Last week, Ten Ton Hammer’s Cody
“Micajah” Bye brought together a panel of
developers that target="_blank">explored the two main advancement systems
in current
MMOs: leveling and skill-based progression paths. Due to the discussion
that these questions brought to the forefront, we’re going to
supplement target="_blank">the article with a few more
answers from the developers at
38 Studios, specifically Lead Game Designer Travis McGeathy. Although
he couldn’t talk in depth about the two systems because his
game is still in development, McGeathy did weigh in on two of the
questions that the Ten Ton Hammer staffers presented to the panel.

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Ten Ton Hammer: Do you
feel that the future holds more hope to see skill-based games? More
level-based games? Or are we going to see a gradual escape from the
standard skill vs. level dichotomy?

McGeathy: I
expect that we'll start to see more games using skill-based progression
schemes as developers look for ways to differentiate themselves from
existing titles, but I don't think you'll see many pure skill-based
games come out.  The bevy of customization options they offer
may be enticing on the surface, but they come with significant
downsides and marginal gains over a hybrid system.  

Full customization adds significant complexity to the game, potentially
limiting the game's audience, and in practice most players are going to
pick skills that lend themselves to particular archetypes of play any
way to avoid ending up with a character that can't function well in
normal game play.  I think most of the skill-based systems
we'll see will likely be hybrids, blending in the accessibility of more
traditional systems while offering varying levels of skill-based

I wouldn't expect a wholesale departure from traditional progression
systems, though.  The level of accessibility they offer can't
be matched by a skill-based system so they will always have their place
in the market.

Ten Ton Hammer: What are
your thoughts on advancement systems that are more hybridized? A
number of more recent games have used systems that calculate your total
number of skill points to set you at a certain "level" or "tier" to
judge your overall power. Is that a development strategy that is -
perhaps - a bit easier for gamers to understand? And what about the
opposite sort of scenario, one where you get skill points to distribute
once you level?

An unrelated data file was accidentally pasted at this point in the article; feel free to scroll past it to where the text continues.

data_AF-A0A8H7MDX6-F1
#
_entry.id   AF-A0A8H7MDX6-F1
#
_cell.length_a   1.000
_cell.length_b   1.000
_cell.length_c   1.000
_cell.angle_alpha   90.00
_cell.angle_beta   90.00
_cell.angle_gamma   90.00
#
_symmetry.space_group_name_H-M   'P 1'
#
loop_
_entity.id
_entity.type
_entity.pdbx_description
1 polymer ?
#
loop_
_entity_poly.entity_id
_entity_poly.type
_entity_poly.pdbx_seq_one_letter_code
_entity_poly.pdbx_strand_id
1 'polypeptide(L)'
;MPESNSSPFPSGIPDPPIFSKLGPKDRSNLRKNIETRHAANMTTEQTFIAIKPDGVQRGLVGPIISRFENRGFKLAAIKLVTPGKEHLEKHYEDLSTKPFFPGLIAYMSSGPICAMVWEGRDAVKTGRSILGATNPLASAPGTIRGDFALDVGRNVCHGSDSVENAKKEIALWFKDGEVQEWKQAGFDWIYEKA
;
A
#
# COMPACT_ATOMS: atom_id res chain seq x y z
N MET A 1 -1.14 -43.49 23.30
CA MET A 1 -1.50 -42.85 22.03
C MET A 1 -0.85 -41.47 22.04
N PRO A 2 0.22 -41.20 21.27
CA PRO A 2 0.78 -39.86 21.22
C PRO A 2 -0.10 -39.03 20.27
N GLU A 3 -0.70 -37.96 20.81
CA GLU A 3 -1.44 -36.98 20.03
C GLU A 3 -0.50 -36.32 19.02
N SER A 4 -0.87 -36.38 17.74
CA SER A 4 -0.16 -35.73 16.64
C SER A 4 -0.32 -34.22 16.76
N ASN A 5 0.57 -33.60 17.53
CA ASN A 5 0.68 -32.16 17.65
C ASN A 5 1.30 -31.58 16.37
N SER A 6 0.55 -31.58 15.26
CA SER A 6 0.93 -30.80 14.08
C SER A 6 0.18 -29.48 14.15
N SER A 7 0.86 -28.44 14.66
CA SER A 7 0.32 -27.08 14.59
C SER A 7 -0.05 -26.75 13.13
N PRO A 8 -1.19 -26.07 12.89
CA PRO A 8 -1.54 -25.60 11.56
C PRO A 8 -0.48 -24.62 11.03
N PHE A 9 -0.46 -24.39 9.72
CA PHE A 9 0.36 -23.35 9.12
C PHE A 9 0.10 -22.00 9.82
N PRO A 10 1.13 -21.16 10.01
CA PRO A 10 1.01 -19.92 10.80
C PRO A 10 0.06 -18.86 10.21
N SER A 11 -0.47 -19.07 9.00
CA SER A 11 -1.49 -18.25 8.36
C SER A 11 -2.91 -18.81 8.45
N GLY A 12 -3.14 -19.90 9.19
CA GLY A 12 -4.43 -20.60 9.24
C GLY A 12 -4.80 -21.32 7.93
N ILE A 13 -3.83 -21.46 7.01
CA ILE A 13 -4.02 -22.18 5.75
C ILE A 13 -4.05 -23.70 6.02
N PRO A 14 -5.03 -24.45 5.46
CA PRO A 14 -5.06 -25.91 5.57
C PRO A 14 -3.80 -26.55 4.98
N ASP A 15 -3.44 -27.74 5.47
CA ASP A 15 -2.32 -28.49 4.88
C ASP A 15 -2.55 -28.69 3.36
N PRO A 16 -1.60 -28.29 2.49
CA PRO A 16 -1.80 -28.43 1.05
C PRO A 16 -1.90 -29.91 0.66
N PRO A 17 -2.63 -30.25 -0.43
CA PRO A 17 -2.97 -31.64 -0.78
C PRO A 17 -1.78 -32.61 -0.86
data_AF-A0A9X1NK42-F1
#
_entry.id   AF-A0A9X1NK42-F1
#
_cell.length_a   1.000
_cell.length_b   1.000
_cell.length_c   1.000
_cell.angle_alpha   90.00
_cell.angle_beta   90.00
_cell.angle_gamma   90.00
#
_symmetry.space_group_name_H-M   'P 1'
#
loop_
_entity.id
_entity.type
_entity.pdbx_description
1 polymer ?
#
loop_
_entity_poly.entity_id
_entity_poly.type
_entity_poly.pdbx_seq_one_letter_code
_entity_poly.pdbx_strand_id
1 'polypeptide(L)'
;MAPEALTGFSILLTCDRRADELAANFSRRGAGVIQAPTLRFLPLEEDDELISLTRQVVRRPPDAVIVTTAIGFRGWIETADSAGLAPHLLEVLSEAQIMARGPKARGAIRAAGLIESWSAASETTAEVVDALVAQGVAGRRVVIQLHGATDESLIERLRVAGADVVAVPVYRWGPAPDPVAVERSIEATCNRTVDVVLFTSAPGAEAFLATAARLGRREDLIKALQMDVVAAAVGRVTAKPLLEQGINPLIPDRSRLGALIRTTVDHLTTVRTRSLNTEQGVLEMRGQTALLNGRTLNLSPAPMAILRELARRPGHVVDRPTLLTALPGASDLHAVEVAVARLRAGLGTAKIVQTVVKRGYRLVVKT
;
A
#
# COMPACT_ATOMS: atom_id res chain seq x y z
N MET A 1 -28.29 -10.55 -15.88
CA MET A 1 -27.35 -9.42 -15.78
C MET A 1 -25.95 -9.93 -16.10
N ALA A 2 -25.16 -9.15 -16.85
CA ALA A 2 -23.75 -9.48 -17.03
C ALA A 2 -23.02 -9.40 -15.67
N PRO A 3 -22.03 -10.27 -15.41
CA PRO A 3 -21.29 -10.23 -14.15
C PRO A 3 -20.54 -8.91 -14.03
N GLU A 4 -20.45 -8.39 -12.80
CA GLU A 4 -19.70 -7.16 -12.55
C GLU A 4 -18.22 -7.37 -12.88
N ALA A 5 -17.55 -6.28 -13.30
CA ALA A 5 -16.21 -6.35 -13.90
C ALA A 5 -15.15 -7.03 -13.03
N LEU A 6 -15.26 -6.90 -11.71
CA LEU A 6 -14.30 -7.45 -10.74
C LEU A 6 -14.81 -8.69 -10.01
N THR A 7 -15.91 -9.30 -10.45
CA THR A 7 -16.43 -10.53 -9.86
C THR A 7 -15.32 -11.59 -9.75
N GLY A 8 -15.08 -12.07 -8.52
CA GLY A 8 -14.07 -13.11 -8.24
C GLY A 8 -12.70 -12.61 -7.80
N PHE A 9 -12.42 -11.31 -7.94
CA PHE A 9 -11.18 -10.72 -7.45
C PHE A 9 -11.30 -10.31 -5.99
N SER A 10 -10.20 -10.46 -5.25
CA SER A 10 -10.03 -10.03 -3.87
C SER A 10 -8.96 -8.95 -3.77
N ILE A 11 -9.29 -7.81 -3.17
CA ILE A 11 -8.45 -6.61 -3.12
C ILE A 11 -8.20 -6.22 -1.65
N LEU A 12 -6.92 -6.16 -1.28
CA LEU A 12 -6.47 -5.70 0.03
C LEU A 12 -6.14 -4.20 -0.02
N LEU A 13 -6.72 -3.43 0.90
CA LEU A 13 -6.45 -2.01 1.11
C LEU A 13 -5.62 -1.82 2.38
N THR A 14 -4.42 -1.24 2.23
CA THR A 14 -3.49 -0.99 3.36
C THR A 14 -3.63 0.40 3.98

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McGeathy: Skill-based systems offer a lot more customization for characters than
purely class and level-based ones, but the additional options come at a
cost.  They not only make the overall game more complex and
less accessible, but they can also introduce difficulties in
communication between players; a cardinal sin for a community-driven
game.  Finding other people to play with becomes its own
puzzle when looking-for-group messages read like a spreadsheet: "LFG:
+300 in hitting things with a stick, +210 in not visibly bruising, and
+357 in upsetting monsters".

A hybrid system, where skill-based progression is linked to more
traditional concepts like level and class, goes a long way toward
alleviating these problems by applying easy-to-understand labels to
characters while still allowing the player the flexibility to choose
their skills.  There's a wide range of options between purely
skill-based and purely level-based.  Whether the game is
granting skills as the character gains levels or assigning a level
based on the character reaching a skill threshold is mostly a matter of
where they want to fall in the customization vs. accessibility
equation.  The only wrong answer is pairing a system built for
customization and complexity with an audience that needs maximum

Ten Ton Hammer: Thanks
for your time, Travis, and we hope to soon discover what sort of
advancement system Copernicus will feature!

target="_blank">(To read the full Level vs. Skill article,
please click here!)

To read the latest guides, news, and features you can visit our Copernicus Game Page.

Last Updated: Mar 29, 2016